An interview with MIT Professor Sherry Turkle, author of “Alone Together: Why We Expect More From Technology and Less From Each Other.”  She asks how new technologies (robots, texting, Twitter, etc.) serve our human purposes. Read the full description.

Sherry Turkle has spent her professional lifetime focusing like few others on the often uneasy relationship between our humanity and our inventions. She’s the Abby Rockefeller Mauzé Professor of the Social Studies of Science and Technology at MIT and Director of the MIT Initiative on Technology and Self. In her latest book, Alone Together: Why We Expect More From Technology and Less From Each Other, Sherry poses friendly but penetrating questions about the dangers of embracing our human inventions as if they were themselves human, fleeing the complications of real human interaction in favor of artificial intimacy.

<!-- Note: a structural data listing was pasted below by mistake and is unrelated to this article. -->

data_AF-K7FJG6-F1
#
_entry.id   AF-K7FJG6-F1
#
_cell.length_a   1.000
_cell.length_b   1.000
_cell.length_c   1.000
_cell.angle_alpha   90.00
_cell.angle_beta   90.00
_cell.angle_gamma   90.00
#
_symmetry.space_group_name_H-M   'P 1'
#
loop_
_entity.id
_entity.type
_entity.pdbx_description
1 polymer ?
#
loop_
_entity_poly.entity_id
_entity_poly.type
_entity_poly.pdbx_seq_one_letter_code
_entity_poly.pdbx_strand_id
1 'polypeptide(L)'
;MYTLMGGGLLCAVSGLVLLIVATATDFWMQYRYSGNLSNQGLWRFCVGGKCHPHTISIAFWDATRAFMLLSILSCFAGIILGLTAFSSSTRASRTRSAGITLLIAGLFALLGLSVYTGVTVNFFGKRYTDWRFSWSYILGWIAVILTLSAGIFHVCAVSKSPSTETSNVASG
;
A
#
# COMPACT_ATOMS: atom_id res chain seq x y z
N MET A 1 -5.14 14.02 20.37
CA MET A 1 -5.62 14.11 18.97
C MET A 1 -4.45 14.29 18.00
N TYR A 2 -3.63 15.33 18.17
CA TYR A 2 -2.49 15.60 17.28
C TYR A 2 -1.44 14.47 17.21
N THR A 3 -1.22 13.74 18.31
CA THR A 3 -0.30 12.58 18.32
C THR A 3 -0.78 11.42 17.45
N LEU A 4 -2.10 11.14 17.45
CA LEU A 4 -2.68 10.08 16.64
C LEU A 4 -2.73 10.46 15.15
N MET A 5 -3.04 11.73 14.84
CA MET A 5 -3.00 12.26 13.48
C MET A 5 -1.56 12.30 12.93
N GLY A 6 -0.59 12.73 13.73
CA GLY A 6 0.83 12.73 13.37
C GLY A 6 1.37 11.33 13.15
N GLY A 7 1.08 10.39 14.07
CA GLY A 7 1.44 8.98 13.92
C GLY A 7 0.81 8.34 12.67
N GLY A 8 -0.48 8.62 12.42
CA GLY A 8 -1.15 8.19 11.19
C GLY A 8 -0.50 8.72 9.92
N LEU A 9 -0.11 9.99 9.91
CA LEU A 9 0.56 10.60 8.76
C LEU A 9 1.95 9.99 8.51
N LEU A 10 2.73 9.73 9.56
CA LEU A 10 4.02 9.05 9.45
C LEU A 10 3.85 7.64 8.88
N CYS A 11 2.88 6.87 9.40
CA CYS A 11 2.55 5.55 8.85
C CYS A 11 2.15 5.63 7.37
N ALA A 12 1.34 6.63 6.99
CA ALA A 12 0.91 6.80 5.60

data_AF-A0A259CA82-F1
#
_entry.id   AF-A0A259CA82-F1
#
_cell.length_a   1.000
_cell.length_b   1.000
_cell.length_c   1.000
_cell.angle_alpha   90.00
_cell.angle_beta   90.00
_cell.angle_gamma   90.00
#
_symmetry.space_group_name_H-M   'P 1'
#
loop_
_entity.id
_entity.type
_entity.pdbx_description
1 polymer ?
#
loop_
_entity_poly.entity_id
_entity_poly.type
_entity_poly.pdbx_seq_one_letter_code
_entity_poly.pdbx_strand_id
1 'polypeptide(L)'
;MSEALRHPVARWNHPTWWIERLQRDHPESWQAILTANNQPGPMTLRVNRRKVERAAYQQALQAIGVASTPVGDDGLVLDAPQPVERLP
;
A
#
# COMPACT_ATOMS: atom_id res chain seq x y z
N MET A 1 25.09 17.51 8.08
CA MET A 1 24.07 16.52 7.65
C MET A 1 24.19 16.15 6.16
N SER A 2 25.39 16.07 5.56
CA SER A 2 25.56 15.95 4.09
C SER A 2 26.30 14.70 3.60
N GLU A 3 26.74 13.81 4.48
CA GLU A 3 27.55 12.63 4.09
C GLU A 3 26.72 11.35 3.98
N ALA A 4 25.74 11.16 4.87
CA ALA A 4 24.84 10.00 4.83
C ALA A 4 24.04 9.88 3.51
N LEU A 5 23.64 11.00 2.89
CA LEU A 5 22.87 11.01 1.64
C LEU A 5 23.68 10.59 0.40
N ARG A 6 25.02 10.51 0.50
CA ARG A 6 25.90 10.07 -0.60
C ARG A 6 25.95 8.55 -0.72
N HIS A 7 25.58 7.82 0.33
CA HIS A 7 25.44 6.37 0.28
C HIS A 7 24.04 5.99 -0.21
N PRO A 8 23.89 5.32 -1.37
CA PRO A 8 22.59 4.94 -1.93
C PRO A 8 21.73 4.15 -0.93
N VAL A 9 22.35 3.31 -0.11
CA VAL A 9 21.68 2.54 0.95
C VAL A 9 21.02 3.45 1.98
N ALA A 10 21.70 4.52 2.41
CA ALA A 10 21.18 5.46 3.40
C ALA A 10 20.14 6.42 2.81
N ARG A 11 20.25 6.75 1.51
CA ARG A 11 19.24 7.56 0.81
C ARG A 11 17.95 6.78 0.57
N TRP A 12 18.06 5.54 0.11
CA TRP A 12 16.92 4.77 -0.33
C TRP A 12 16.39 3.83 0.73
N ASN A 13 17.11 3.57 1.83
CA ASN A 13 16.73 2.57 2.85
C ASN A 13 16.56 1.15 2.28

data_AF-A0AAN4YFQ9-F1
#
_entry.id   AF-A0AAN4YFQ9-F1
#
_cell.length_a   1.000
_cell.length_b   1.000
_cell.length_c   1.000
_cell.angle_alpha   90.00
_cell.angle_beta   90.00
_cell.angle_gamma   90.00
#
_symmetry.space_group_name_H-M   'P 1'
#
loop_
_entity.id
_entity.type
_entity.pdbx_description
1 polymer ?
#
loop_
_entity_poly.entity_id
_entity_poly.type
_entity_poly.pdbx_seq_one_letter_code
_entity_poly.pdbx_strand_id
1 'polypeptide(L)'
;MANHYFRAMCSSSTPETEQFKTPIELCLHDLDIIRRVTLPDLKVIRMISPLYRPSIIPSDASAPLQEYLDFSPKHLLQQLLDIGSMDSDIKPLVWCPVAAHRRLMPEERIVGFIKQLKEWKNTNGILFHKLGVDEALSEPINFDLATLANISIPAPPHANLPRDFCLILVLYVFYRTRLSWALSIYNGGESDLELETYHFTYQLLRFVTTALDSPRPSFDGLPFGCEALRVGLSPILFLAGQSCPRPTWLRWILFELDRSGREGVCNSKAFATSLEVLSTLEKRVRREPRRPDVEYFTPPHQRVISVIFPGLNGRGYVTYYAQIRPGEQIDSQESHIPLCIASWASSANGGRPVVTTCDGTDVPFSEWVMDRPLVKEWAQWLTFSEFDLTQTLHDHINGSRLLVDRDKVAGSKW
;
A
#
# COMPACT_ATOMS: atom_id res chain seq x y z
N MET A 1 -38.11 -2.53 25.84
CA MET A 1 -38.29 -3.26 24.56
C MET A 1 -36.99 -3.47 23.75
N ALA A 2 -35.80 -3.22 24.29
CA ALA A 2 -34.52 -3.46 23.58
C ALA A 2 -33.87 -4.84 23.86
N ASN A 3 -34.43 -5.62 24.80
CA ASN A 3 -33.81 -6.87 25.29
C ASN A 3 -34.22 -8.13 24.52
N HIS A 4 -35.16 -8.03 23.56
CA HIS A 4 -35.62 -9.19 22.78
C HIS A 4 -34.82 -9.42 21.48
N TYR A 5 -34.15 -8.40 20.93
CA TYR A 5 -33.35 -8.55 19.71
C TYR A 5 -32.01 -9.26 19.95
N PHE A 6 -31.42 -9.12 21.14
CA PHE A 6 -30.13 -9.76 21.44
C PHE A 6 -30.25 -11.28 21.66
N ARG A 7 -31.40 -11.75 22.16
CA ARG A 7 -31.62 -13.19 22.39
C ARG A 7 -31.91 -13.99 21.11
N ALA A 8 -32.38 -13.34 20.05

ON A World of Possibilities | November 1, 2012 |

Bot, Will You Be My Friend?

http://www.kkfi.org/wp-content/uploads/RachaelOwl_medium-wpcf_240x100.jpg

An interview with MIT Professor Sherry Turkle, author of “Alone Together: Why We Expect More From Technology and Less From Each Other.”  She asks how new technologies (robots, texting, Twitter, etc.) serve our human purposes. Read the full description.

Sherry Turkle has spent her professional lifetime focusing like few others on the often uneasy relationship between our humanity and our inventions. She’s the Abby Rockefeller Mauzé Professor of the Social Studies of Science and Technology at MIT and Director of the MIT Initiative on Technology and Self. In her latest book, Alone Together: Why We Expect More From Technology and Less From Each Other, Sherry poses friendly but penetrating questions about the dangers of embracing our human inventions as if they were themselves human, fleeing the complications of real human interaction in favor of artificial intimacy.

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